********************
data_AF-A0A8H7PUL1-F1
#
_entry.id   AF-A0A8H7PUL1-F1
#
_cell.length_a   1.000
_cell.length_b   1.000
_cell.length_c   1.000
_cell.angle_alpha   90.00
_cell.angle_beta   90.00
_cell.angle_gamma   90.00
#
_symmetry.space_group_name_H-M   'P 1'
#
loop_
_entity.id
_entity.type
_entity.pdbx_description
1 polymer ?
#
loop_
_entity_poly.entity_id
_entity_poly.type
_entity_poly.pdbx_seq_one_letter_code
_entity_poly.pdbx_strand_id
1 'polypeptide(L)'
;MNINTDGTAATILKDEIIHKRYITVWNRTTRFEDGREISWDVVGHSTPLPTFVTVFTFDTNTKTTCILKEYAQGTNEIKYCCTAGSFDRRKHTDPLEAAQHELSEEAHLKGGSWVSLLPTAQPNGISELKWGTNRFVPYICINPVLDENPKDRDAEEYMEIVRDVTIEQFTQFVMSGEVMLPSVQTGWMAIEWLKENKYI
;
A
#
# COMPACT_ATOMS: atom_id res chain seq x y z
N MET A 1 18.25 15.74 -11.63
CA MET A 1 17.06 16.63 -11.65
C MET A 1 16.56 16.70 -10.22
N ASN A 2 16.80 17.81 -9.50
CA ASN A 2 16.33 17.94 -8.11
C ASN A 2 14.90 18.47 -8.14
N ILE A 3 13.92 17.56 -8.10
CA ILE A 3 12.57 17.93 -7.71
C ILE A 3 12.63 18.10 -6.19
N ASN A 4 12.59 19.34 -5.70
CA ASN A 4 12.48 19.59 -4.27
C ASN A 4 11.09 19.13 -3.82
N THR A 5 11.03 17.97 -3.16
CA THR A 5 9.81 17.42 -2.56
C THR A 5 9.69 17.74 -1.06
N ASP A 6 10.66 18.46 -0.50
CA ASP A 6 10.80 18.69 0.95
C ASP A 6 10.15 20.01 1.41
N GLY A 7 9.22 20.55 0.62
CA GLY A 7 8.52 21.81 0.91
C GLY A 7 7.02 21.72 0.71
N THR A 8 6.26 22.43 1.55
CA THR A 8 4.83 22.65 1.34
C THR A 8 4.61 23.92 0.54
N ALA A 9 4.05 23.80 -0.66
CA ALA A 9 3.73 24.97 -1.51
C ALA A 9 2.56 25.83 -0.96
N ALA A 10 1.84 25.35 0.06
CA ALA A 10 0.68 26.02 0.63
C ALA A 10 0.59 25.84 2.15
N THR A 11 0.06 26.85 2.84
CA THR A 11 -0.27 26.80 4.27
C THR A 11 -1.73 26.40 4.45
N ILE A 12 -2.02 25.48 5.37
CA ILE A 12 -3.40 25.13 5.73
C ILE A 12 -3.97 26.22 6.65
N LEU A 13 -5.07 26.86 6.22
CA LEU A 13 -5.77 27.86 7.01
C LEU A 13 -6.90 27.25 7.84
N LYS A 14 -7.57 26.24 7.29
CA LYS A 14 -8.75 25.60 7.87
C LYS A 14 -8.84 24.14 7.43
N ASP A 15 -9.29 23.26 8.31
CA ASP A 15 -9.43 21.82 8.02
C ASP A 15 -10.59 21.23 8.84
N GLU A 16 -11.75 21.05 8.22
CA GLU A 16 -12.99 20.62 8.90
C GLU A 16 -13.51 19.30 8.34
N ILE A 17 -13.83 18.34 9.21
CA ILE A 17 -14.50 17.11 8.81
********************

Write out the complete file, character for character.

data_AF-A0A8H7PUL1-F1
#
_entry.id   AF-A0A8H7PUL1-F1
#
_cell.length_a   1.000
_cell.length_b   1.000
_cell.length_c   1.000
_cell.angle_alpha   90.00
_cell.angle_beta   90.00
_cell.angle_gamma   90.00
#
_symmetry.space_group_name_H-M   'P 1'
#
loop_
_entity.id
_entity.type
_entity.pdbx_description
1 polymer ?
#
loop_
_entity_poly.entity_id
_entity_poly.type
_entity_poly.pdbx_seq_one_letter_code
_entity_poly.pdbx_strand_id
1 'polypeptide(L)'
;MNINTDGTAATILKDEIIHKRYITVWNRTTRFEDGREISWDVVGHSTPLPTFVTVFTFDTNTKTTCILKEYAQGTNEIKYCCTAGSFDRRKHTDPLEAAQHELSEEAHLKGGSWVSLLPTAQPNGISELKWGTNRFVPYICINPVLDENPKDRDAEEYMEIVRDVTIEQFTQFVMSGEVMLPSVQTGWMAIEWLKENKYI
;
A
#
# COMPACT_ATOMS: atom_id res chain seq x y z
N MET A 1 18.25 15.74 -11.63
CA MET A 1 17.06 16.63 -11.65
C MET A 1 16.56 16.70 -10.22
N ASN A 2 16.80 17.81 -9.50
CA ASN A 2 16.33 17.94 -8.11
C ASN A 2 14.90 18.47 -8.14
N ILE A 3 13.92 17.56 -8.10
CA ILE A 3 12.57 17.93 -7.71
C ILE A 3 12.63 18.10 -6.19
N ASN A 4 12.59 19.34 -5.70
CA ASN A 4 12.48 19.59 -4.27
C ASN A 4 11.09 19.13 -3.82
N THR A 5 11.03 17.97 -3.16
CA THR A 5 9.81 17.42 -2.56
C THR A 5 9.69 17.74 -1.06
N ASP A 6 10.66 18.46 -0.50
CA ASP A 6 10.80 18.69 0.95
C ASP A 6 10.15 20.01 1.41
N GLY A 7 9.22 20.55 0.62
CA GLY A 7 8.52 21.81 0.91
C GLY A 7 7.02 21.72 0.71
N THR A 8 6.26 22.43 1.55
CA THR A 8 4.83 22.65 1.34
C THR A 8 4.61 23.92 0.54
N ALA A 9 4.05 23.80 -0.66
CA ALA A 9 3.73 24.97 -1.51
C ALA A 9 2.56 25.83 -0.96
N ALA A 10 1.84 25.35 0.06
CA ALA A 10 0.68 26.02 0.63
C ALA A 10 0.59 25.84 2.15
N THR A 11 0.06 26.85 2.84
CA THR A 11 -0.27 26.80 4.27
C THR A 11 -1.73 26.40 4.45
N ILE A 12 -2.02 25.48 5.37
CA ILE A 12 -3.40 25.13 5.73
C ILE A 12 -3.97 26.22 6.65
N LEU A 13 -5.07 26.86 6.22
CA LEU A 13 -5.77 27.86 7.01
C LEU A 13 -6.90 27.25 7.84
N LYS A 14 -7.57 26.24 7.29
CA LYS A 14 -8.75 25.60 7.87
C LYS A 14 -8.84 24.14 7.43
N ASP A 15 -9.29 23.26 8.31
CA ASP A 15 -9.43 21.82 8.02
C ASP A 15 -10.59 21.23 8.84
N GLU A 16 -11.75 21.05 8.22
CA GLU A 16 -12.99 20.62 8.90
C GLU A 16 -13.51 19.30 8.34
N ILE A 17 -13.83 18.34 9.21
CA ILE A 17 -14.50 17.11 8.81